I’m too young to have a proper fear of the atomic bomb.

I was born in 1970 — a quarter century after Hiroshima and Nagasaki.

By the late 1970s, when I was old enough to begin to comprehend such things, the threat of nuclear holocaust, though it seemed real enough in that Cold War era of the bellicose Soviet leader Leonid Brezhnev, had lost its immediacy and thus some of its potency.

When I was in school the experts had long since figured out that having pupils hunker beneath their desks wouldn’t help much if the Russian missiles were landing nearby.

Letter to the Editor for Jan. 14, 2015

Why is our country being run by Idaho Power?

A few years back, there was a sign when you entered Idaho reading, “Idaho is too Great to Litter.” It should have read, “Idaho is too Illiterate to be Great.” The sign disappeared because, as discovered, Idaho wasn’t so great after all. Idaho’s problem is politics by potato. Fine if you live there, but I live in Oregon and Idaho has no right dictating our standard of living. Now (again) it’s Idaho Power telling us we are about to be compromised by their unwanted and unneeded high voltage power line.

Last week there was an open house on the issue. I went to voice my concern that we were never given a vote whether we wanted their power line. Making this look like a democratic process we are now being asked where we want the power line to run: We are being force-fed poison with a choice of flavor. What’s an open house if our opinions are allowed, but ignored? Even if, say, John Steinbeck showed up with a novel about this social injustice, his book would have been trash-canned as soon as he turned away. However, this is an impossible scenario because Steinbeck is, of course, dead. Instead the room was filled with government agency personnel, like seventh graders standing in front of their science projects, an amusing scene until you add up the tax dollars merrily burnt. No one was there explaining how our lives have been already disrupted for five years fighting it. Where’s the study showing it disturbing our health, our livelihoods, and Baker Valley’s Kodachrome panorama? Where was the display table representing the people who don’t want the power line? Each agency has bought into this sham, that this is a done deal. Where did they get that information? But that’s a rhetorical question because Idaho Power’s table was there also. It was surrounded by staff who looked worried their mothers would find them and discover what they really did for a living. I sadly reflected that we used to live in a democracy where different voices are represented, valued and given weight; not a country run by Idaho Power.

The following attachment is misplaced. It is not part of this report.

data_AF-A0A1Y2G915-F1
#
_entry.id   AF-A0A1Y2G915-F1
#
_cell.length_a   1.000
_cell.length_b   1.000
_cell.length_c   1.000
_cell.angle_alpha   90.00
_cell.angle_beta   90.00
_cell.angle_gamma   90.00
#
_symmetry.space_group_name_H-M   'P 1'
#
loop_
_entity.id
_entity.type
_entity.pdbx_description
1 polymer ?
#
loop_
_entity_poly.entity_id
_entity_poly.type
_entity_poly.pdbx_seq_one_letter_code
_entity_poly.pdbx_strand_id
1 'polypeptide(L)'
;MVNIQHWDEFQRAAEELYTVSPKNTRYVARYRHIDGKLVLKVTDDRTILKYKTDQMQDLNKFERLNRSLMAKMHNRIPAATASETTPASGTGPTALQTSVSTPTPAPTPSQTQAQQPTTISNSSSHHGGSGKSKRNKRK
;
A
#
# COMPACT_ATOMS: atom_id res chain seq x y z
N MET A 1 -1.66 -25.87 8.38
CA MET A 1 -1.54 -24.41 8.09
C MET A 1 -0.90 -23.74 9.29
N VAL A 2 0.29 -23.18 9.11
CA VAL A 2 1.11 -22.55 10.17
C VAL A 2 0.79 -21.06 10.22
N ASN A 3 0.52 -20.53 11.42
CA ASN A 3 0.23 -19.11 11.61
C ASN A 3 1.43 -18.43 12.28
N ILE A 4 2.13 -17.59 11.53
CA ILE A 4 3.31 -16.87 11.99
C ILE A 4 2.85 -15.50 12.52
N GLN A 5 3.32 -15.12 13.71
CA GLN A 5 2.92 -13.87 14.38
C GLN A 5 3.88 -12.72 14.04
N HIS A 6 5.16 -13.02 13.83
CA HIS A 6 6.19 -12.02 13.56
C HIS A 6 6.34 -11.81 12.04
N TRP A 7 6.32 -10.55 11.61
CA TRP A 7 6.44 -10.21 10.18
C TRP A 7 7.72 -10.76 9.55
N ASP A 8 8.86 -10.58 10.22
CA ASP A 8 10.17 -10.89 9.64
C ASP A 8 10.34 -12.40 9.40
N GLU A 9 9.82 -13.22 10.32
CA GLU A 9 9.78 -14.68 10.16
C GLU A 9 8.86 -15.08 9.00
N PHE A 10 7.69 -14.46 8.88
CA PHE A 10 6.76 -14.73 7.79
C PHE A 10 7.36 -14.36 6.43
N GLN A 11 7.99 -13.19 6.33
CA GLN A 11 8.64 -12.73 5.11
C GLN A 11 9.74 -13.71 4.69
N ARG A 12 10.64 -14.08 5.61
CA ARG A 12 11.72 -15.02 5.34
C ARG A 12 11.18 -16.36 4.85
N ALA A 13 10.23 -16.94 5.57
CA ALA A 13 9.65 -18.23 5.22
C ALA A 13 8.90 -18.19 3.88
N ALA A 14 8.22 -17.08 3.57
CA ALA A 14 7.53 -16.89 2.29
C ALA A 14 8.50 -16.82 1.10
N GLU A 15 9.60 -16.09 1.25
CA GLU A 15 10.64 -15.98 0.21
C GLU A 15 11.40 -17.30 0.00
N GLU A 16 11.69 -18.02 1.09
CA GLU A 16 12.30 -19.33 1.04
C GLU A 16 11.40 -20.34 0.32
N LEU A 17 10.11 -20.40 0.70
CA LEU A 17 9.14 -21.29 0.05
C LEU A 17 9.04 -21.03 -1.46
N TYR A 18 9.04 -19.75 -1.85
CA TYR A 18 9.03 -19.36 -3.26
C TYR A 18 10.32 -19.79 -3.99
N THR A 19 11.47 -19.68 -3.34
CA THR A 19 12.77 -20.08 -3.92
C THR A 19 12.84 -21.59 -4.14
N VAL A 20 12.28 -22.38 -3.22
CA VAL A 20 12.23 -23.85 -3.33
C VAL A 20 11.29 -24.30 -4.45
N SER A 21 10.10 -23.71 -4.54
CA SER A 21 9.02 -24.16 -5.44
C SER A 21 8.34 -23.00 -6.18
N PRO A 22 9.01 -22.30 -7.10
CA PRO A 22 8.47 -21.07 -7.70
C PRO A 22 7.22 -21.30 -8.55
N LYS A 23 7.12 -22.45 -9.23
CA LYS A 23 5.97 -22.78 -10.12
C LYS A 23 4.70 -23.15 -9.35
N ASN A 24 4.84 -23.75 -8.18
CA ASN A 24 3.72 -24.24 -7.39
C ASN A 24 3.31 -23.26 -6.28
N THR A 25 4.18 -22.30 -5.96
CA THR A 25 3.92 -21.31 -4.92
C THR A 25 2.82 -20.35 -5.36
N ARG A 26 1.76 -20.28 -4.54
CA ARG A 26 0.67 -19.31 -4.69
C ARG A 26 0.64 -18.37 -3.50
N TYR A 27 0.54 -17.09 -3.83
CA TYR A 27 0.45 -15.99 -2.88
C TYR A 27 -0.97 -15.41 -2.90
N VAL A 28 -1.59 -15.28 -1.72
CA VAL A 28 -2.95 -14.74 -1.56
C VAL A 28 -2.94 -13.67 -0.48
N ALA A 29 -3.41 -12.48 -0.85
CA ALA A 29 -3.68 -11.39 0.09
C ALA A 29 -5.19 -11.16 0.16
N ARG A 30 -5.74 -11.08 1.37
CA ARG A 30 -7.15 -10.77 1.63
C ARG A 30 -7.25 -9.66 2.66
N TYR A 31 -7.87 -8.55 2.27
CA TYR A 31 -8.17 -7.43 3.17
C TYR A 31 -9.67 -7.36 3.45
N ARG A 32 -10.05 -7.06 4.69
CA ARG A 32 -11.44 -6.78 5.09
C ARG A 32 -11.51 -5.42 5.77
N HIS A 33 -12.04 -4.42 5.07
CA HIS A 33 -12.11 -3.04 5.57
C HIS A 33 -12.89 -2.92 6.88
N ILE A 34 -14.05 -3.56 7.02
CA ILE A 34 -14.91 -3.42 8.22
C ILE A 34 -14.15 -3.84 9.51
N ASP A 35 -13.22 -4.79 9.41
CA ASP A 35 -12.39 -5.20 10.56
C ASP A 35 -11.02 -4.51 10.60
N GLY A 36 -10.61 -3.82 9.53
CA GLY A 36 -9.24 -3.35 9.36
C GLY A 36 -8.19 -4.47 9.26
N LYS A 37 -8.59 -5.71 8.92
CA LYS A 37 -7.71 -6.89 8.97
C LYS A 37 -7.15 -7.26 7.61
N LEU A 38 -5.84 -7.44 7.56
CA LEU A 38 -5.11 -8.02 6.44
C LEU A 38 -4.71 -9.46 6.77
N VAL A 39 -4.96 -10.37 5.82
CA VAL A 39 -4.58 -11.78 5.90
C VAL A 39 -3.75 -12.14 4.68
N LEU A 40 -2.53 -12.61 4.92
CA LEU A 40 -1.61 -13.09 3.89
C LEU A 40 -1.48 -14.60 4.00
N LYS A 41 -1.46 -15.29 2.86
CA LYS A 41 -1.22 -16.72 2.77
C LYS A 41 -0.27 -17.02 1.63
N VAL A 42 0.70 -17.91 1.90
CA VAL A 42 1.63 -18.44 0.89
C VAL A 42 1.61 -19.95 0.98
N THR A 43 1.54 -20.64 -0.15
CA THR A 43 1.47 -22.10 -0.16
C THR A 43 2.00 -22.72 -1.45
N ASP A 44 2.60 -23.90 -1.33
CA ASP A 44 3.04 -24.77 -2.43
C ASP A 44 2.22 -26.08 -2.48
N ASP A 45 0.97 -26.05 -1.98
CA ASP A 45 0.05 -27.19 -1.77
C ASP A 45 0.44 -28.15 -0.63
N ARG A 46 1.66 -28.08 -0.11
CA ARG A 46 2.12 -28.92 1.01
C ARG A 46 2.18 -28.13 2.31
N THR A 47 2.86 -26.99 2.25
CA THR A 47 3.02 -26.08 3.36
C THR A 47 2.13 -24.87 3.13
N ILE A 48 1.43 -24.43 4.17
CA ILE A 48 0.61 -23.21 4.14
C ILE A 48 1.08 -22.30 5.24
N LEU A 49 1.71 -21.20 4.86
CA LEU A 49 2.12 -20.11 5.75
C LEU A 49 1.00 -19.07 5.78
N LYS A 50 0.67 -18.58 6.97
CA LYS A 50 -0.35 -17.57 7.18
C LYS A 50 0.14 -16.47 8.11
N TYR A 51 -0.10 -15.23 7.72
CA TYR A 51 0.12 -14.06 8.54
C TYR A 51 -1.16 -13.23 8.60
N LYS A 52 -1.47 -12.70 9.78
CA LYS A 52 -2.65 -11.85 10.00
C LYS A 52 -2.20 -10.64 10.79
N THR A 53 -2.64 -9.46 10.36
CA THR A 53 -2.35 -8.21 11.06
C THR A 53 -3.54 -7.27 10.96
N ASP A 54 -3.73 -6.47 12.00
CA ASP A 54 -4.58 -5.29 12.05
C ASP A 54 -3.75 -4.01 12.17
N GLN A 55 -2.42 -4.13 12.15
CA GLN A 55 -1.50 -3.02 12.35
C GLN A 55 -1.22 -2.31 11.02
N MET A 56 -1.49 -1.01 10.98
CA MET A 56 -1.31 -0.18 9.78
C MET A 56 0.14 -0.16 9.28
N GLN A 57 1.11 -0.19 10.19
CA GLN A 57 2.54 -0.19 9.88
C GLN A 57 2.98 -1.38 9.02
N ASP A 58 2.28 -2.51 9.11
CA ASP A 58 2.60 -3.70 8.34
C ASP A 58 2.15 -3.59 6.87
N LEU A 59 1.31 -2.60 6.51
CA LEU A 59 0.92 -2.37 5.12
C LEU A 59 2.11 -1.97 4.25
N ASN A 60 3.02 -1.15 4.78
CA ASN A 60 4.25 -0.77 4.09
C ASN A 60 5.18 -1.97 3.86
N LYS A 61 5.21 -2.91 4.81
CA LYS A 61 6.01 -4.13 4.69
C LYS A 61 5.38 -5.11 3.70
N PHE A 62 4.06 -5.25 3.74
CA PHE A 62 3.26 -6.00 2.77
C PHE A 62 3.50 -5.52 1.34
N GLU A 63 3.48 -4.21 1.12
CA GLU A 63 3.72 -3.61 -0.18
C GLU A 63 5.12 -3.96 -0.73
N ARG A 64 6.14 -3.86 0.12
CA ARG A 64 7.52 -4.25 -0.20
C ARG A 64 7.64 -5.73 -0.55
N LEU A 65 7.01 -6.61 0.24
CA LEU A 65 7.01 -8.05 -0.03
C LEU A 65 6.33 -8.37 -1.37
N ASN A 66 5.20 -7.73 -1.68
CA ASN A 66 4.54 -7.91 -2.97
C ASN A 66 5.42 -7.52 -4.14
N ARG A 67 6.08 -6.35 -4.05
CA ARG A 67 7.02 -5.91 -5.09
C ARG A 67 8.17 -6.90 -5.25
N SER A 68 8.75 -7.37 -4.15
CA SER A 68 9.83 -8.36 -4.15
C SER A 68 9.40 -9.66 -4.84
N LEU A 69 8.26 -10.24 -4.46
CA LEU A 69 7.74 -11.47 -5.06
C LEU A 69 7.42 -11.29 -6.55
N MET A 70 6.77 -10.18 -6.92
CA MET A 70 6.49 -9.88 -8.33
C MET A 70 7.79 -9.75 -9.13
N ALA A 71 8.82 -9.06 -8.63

Whit Deschner

Baker City

Freedom, fear and America

America hasn’t always embraced its satirists, and even the most renowned have generally been considered something other than first-rate artists.

But we don’t murder them.

Indeed, most of the fighting that results from satire in America is the bloodless sort practiced in a courtroom.

Letter to the Editor for Jan. 12, 2015

Here’s the recipe for locking up public lands

A recipe for locking up public lands to motorized use.